Ars Technica had a fascinating article today, "Algorithm predicts US Supreme Court decisions 70% of time". Ars reports that "Josh Blackman, a South Texas College of Law scholar, wrote on his blog Tuesday":
"While other models have achieved comparable accuracy rates, they were only designed to work at a single point in time with a single set of nine justices. Our model has proven consistently accurate at predicting six decades of behavior of thirty Justices appointed by thirteen Presidents. It works for the Roberts Court as well as it does for the Rehnquist, Burger, and Warren Courts. It works for Scalia, Thomas, and Alito as well as it does for Douglas, Brennan, and Marshall. Plus, we can predict Harlan, Powell, O’Connor, and Kennedy."
What the model can do is to determine with 70% accuracy how former Chief Justice Earl Warren (1953-1969) would have voted on a recent Supremem Court Decision such as "AMERICAN BROADCASTING COS., INC., ET AL. v. AEREO, INC., FKA BAMBOOM LABS, INC. "
So here is what we could do. No longer does the President nominate and the Senate confirm Justices and Chief Justices of the Supreme Court. Instead we have an election where citizens can pick any of the 30 Justices in Blackman's study for the eight Justice positions and any former Chief Justice could be picked for Chief Justice. Then for a new Supreme Court case we run the algorithm against the Justices picked by the people. One benefit is quicker decisions by the Supreme Court. Not sure we would get opinions but at least the decisions would be made. (No further updating of the algorithm.)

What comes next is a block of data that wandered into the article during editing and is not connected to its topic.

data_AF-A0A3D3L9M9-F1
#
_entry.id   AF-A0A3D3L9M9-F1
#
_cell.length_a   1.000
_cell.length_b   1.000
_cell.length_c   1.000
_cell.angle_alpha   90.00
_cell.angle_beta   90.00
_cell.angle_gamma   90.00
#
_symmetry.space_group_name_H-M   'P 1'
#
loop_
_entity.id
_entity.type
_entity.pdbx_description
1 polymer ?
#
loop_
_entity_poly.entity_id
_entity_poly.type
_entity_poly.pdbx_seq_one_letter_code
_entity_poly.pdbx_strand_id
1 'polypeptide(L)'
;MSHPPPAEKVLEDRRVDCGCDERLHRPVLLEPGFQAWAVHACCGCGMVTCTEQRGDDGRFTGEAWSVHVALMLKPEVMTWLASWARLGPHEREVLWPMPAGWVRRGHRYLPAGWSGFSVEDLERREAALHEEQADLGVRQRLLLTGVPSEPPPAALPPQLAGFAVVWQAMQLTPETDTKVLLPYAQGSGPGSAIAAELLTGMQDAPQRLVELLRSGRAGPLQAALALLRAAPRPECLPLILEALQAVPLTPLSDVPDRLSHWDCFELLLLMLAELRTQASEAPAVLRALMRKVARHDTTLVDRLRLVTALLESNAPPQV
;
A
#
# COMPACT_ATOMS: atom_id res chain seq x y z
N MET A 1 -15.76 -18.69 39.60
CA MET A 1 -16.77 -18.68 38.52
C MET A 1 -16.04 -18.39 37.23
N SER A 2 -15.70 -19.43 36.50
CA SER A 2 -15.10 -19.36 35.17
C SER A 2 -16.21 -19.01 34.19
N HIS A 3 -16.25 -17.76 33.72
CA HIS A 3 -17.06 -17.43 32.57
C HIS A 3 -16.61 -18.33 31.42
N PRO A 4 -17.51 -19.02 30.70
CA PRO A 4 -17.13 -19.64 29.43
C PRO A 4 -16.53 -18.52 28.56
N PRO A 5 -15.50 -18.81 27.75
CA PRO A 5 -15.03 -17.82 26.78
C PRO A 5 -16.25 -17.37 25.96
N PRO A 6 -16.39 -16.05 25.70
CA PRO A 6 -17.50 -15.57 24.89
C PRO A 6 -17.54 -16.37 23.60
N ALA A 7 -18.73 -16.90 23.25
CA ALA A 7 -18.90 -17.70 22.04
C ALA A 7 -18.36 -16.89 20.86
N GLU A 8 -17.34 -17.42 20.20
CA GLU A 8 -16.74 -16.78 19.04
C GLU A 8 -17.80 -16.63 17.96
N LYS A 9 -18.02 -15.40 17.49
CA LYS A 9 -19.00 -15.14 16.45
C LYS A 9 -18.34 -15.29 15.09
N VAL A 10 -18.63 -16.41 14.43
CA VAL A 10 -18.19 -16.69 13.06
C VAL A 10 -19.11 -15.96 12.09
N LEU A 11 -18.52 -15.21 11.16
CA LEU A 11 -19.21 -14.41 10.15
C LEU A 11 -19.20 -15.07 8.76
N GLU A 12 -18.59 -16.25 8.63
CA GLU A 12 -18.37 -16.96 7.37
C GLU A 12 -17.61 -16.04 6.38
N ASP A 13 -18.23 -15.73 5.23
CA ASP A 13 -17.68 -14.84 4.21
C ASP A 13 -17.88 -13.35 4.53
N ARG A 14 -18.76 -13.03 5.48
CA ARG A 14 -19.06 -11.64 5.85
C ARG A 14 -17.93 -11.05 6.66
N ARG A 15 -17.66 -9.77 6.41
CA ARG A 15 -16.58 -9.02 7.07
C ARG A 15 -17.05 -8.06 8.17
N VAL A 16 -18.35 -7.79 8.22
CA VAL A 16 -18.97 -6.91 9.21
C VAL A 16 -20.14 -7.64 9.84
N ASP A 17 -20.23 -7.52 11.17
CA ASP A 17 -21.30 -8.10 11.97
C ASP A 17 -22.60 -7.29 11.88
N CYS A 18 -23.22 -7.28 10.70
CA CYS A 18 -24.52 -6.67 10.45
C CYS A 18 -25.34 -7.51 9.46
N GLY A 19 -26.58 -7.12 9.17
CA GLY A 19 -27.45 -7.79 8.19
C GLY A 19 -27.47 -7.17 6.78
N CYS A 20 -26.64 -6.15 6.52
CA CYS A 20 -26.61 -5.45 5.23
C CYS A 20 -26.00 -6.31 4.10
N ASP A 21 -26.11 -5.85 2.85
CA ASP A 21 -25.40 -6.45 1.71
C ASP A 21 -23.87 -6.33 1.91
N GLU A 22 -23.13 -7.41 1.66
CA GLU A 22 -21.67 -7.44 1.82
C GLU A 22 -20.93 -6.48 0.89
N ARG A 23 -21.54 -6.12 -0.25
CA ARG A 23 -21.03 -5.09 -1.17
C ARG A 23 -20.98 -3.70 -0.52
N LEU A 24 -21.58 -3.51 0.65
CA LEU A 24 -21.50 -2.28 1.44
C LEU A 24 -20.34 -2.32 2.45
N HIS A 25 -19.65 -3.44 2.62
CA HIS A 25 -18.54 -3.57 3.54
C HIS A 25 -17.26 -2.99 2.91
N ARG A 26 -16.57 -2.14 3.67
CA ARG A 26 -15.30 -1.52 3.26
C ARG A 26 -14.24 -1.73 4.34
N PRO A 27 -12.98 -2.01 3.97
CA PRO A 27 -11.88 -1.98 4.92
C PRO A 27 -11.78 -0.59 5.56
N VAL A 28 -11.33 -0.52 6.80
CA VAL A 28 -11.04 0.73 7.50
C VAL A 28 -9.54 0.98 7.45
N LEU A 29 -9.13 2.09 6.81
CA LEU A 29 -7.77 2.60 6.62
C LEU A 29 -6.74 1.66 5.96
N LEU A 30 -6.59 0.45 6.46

The fun would be in the campaigning for mostly dead justices to serve on the new Supreme Court. I suppose that someone like the ACLU or Heritage Foundation would propose their slate of extremist liberal or right wing Justices and nobody would advocate for a collection of centrist Justices. And there in lies the problem with politics today. Most advocates support positions at the edges of the political spectrum and nobody represents most of us who are liberal on some issues, conservative on other things and "don't care" about a third group of issues.